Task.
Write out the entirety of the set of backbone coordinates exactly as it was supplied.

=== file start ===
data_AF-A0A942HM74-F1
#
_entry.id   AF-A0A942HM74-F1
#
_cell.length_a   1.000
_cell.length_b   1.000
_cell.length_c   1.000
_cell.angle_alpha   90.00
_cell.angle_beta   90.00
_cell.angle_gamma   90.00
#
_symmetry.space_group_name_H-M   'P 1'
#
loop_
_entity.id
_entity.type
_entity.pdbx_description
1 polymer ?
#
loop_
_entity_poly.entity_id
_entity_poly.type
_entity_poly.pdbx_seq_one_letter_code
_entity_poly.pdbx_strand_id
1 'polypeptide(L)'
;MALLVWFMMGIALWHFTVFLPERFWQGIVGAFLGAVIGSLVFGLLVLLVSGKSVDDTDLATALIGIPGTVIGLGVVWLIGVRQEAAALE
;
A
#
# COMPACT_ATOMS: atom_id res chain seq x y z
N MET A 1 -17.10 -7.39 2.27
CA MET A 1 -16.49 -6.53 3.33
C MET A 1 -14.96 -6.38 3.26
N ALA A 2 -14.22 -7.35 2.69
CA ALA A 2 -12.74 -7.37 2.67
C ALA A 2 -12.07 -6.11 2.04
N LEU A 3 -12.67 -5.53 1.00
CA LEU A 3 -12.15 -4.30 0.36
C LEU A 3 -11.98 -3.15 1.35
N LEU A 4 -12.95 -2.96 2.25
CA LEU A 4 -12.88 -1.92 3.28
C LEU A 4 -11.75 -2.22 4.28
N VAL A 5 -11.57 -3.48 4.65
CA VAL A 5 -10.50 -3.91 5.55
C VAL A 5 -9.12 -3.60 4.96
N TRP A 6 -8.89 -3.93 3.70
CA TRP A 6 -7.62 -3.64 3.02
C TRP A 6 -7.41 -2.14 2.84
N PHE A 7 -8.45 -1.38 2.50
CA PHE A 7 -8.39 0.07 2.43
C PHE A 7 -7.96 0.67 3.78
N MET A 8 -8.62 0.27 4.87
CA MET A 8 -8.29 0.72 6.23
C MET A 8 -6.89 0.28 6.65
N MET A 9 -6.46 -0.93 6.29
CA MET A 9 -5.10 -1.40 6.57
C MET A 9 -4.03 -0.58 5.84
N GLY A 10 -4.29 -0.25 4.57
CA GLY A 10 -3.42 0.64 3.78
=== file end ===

data_AF-A0A942HM74-F1
#
_entry.id   AF-A0A942HM74-F1
#
_cell.length_a   1.000
_cell.length_b   1.000
_cell.length_c   1.000
_cell.angle_alpha   90.00
_cell.angle_beta   90.00
_cell.angle_gamma   90.00
#
_symmetry.space_group_name_H-M   'P 1'
#
loop_
_entity.id
_entity.type
_entity.pdbx_description
1 polymer ?
#
loop_
_entity_poly.entity_id
_entity_poly.type
_entity_poly.pdbx_seq_one_letter_code
_entity_poly.pdbx_strand_id
1 'polypeptide(L)'
;MALLVWFMMGIALWHFTVFLPERFWQGIVGAFLGAVIGSLVFGLLVLLVSGKSVDDTDLATALIGIPGTVIGLGVVWLIGVRQEAAALE
;
A
#
# COMPACT_ATOMS: atom_id res chain seq x y z
N MET A 1 -17.10 -7.39 2.27
CA MET A 1 -16.49 -6.53 3.33
C MET A 1 -14.96 -6.38 3.26
N ALA A 2 -14.22 -7.35 2.69
CA ALA A 2 -12.74 -7.37 2.67
C ALA A 2 -12.07 -6.11 2.04
N LEU A 3 -12.67 -5.53 1.00
CA LEU A 3 -12.15 -4.30 0.36
C LEU A 3 -11.98 -3.15 1.35
N LEU A 4 -12.95 -2.96 2.25
CA LEU A 4 -12.88 -1.92 3.28
C LEU A 4 -11.75 -2.22 4.28
N VAL A 5 -11.57 -3.48 4.65
CA VAL A 5 -10.50 -3.91 5.55
C VAL A 5 -9.12 -3.60 4.96
N TRP A 6 -8.89 -3.93 3.70
CA TRP A 6 -7.62 -3.64 3.02
C TRP A 6 -7.41 -2.14 2.84
N PHE A 7 -8.45 -1.38 2.50
CA PHE A 7 -8.39 0.07 2.43
C PHE A 7 -7.96 0.67 3.78
N MET A 8 -8.62 0.27 4.87
CA MET A 8 -8.29 0.72 6.23
C MET A 8 -6.89 0.28 6.65
N MET A 9 -6.46 -0.93 6.29
CA MET A 9 -5.10 -1.40 6.57
C MET A 9 -4.03 -0.58 5.84
N GLY A 10 -4.29 -0.25 4.57
CA GLY A 10 -3.42 0.64 3.78